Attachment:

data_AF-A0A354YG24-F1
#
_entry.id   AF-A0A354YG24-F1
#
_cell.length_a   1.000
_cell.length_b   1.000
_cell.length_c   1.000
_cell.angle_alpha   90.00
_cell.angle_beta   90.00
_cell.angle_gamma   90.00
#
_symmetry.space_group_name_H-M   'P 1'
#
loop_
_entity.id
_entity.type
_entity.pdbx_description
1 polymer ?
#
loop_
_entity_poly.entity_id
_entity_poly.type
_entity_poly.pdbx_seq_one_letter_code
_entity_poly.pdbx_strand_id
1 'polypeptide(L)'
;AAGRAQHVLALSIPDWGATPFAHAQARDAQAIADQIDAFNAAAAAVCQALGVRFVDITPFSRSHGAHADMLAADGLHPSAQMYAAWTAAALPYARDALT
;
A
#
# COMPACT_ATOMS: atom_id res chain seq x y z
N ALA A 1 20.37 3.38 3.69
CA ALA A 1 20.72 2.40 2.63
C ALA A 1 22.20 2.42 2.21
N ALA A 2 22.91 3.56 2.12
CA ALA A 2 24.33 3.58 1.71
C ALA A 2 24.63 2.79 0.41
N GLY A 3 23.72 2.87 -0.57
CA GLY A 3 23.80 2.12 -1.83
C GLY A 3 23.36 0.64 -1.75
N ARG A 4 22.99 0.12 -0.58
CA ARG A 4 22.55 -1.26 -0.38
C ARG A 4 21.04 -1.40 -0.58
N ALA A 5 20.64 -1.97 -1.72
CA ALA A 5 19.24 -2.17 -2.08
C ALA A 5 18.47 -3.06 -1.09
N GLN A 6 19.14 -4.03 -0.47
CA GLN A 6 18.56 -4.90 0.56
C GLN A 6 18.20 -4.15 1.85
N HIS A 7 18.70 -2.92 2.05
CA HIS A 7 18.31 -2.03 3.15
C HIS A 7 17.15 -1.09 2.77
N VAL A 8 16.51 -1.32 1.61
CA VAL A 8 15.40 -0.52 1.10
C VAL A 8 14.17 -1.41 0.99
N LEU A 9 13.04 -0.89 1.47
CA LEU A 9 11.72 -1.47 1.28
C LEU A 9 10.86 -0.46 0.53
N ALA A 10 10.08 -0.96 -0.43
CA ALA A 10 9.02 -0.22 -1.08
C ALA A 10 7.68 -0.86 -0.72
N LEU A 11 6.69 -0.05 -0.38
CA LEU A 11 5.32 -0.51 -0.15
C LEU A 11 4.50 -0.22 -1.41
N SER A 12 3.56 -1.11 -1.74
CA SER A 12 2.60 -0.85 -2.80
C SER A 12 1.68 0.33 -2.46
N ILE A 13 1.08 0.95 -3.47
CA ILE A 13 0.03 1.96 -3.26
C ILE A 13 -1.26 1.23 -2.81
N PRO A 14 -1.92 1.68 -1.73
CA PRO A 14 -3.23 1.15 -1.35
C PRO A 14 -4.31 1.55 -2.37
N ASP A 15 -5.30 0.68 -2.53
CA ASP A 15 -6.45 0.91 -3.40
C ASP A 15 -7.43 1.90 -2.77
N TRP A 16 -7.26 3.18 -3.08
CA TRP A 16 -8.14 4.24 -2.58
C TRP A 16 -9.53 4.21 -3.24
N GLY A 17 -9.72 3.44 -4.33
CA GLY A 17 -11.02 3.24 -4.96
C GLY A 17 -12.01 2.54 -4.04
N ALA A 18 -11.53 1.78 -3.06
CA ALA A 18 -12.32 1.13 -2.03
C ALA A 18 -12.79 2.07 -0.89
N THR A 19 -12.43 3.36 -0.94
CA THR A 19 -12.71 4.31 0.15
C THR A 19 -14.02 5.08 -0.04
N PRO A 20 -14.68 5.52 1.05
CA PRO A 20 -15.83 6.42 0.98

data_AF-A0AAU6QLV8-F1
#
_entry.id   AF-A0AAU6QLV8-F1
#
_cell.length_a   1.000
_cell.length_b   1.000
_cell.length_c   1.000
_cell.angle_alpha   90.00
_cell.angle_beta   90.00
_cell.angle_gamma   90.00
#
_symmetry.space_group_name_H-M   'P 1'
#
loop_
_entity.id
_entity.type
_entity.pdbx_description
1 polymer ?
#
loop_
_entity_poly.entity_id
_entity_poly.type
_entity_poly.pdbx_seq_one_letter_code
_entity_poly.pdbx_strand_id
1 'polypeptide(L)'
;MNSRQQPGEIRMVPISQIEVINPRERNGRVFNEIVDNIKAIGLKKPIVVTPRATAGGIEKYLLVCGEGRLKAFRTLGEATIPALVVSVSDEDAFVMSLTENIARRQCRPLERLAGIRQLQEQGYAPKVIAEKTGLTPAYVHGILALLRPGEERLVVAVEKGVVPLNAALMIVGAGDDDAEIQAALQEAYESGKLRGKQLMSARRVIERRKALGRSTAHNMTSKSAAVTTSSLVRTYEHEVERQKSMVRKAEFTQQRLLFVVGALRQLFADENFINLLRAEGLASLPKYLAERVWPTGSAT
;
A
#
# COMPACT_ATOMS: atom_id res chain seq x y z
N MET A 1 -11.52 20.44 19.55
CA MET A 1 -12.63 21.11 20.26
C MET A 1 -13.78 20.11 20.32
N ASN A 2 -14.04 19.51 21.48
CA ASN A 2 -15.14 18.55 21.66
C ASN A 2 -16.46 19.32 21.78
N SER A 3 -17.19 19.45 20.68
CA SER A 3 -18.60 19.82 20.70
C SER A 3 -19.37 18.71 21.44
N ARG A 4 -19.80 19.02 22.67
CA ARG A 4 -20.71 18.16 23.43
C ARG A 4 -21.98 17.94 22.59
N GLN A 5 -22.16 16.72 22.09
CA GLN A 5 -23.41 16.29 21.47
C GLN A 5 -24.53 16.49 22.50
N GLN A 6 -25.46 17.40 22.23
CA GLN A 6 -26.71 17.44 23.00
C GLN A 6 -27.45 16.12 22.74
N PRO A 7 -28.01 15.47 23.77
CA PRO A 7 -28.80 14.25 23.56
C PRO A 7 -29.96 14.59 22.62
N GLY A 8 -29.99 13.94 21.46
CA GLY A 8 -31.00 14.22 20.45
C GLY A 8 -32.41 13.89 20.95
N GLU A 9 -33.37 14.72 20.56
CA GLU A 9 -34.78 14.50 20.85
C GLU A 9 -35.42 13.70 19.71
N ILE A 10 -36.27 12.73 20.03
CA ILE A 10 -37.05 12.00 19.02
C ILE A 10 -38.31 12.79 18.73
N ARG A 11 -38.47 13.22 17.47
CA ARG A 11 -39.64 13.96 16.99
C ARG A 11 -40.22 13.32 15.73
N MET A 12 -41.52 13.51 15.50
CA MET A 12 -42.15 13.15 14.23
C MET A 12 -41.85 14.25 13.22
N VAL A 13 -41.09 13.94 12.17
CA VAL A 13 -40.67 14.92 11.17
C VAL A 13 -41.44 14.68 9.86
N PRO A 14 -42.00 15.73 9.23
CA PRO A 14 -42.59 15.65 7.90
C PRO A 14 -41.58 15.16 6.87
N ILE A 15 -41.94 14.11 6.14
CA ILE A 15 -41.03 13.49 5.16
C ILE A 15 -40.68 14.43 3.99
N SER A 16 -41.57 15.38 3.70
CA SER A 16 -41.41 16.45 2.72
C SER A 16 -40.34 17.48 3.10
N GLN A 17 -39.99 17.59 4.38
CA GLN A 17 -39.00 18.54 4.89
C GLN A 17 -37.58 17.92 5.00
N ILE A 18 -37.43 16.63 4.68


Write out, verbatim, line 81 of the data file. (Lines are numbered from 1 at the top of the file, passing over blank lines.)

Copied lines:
C GLY A 17 -12.01 2.54 -4.04